- Pneumonia is a respiratory infection that’s generally not contagious to other horses.
- Signs of pneumonia include nasal discharge, fever and depression.
- Practicing biosecurity, vaccinating against respiratory infections and managing chronic illnesses can help prevent pneumonia in your horse.
What is pneumonia?
Pneumonia is an infection in the lungs that may be caused by bacteria, virus, fungus and/or aspiration.
Foals develop pneumonia more commonly than adult horses. They are more prone to bacterial infections and are at a higher risk for developing aspiration pneumonia, which can occur when food, saliva, or liquid is breathed into the lungs instead of being swallowed.
However, pneumonia can still affect adult horses. Pneumonia is most often seen in older horses that have pre-existing illnesses or a history of transport or other factors that may make them more prone to the disease.
The most important considerations in preventing pneumonia are good management:
- Minimize stress, particularly when mingling with other horses or transporting horses over long distances. Break up long trips, maintain good security when away from home and keep to a regular routine.
- Check with your veterinarian if pre-existing conditions may make your horse vulnerable to pneumonia. Examples include Cushing’s disease, Equine Metabolic Syndrome and Inflammatory Airway Disease.
- Maintain management of other previously diagnosed illnesses.
- Stay up-to-date on vaccinations to protect against common respiratory infections.
- Be aware of the possible signs of pneumonia.
Signs of illness
Pneumonia isn’t usually contagious between horses unless a group of horses has been exposed to the same virus or other illness that makes them all vulnerable. Signs of pneumonia vary with the type of pneumonia a horse has. Please see the types of pneumonia below for more specific signs.
Possible signs of pneumonia include:
- Yellow- or cream-colored nasal discharge
- Persistent fever
Diagnosis of pneumonia, and determining the exact cause, requires a thorough work-up so your veterinarian can prescribe the most appropriate therapy. Diagnostic tests can include:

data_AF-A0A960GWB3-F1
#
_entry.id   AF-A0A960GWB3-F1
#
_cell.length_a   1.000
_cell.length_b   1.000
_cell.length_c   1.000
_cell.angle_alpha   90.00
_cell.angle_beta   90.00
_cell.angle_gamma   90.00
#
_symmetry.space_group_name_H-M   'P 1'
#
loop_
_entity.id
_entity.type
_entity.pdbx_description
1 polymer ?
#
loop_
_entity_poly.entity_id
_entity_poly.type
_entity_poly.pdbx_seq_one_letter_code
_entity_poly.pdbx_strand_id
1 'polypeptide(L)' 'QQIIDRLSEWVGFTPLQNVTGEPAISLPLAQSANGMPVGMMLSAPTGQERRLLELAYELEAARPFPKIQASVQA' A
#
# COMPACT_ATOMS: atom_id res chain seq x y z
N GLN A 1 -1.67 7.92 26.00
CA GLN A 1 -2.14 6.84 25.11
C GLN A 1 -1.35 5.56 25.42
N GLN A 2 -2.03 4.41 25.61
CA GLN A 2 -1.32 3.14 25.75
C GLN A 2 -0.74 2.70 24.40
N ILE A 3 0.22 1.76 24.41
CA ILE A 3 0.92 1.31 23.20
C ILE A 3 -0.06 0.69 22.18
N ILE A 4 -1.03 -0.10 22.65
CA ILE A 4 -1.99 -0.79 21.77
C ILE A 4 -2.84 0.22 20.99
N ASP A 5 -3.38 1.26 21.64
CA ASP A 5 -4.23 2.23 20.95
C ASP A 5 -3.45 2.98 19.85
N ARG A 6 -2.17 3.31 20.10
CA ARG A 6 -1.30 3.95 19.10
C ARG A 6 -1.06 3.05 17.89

- Blood work (CBC and biochemistry panels) to determine the severity of systemic illness.
- Thoracic ultrasound to visually assess the extent of damage on the lung surface.
- Trans-tracheal wash to collect a sterile fluid sample from the lungs that can be submitted for culture and sensitivity.
- Culture and sensitivity to determine the exact pathogen responsible for the pneumonia and it’s sensitivity to different types of antibiotics.
Treatment of mild to moderate cases of pneumonia can be successful, and typically includes antibiotics, anti-inflammatories, and supportive care. In more severe cases, treatment can be challenging as permanent damage can be done to the lung tissue. Pneumonia may affect the long-term performance of the horse depending on how much of the lung tissue is permanently affected.
Types and causes of pneumonia
Bacteria that lives in the upper respiratory tract of the horse are the most frequent cause of secondary bacterial infections. These secondary infections do not always result in pneumonia, but can when they are more severe.
Secondary bacterial infection symptoms include:
- Yellow or cream-colored nasal discharge
- Persistent fever
- Previously mentioned viral symptoms
Shipping pleuropneumonia can occur when horses are put under stress of being transported and mixed with new horses. This can be a severe condition when both the lungs and the surrounding (pleural) cavity become affected. Therefore, in addition to other signs seen with pneumonia, in cases of shipping pleuropneumonia the horse may:
- Stand with their elbows camped out
- Lie down more often
- Be reluctant to move
Pneumonia can also develop if your horse has an inflammatory airway disease, such as equine asthma.
Reviewed in 2019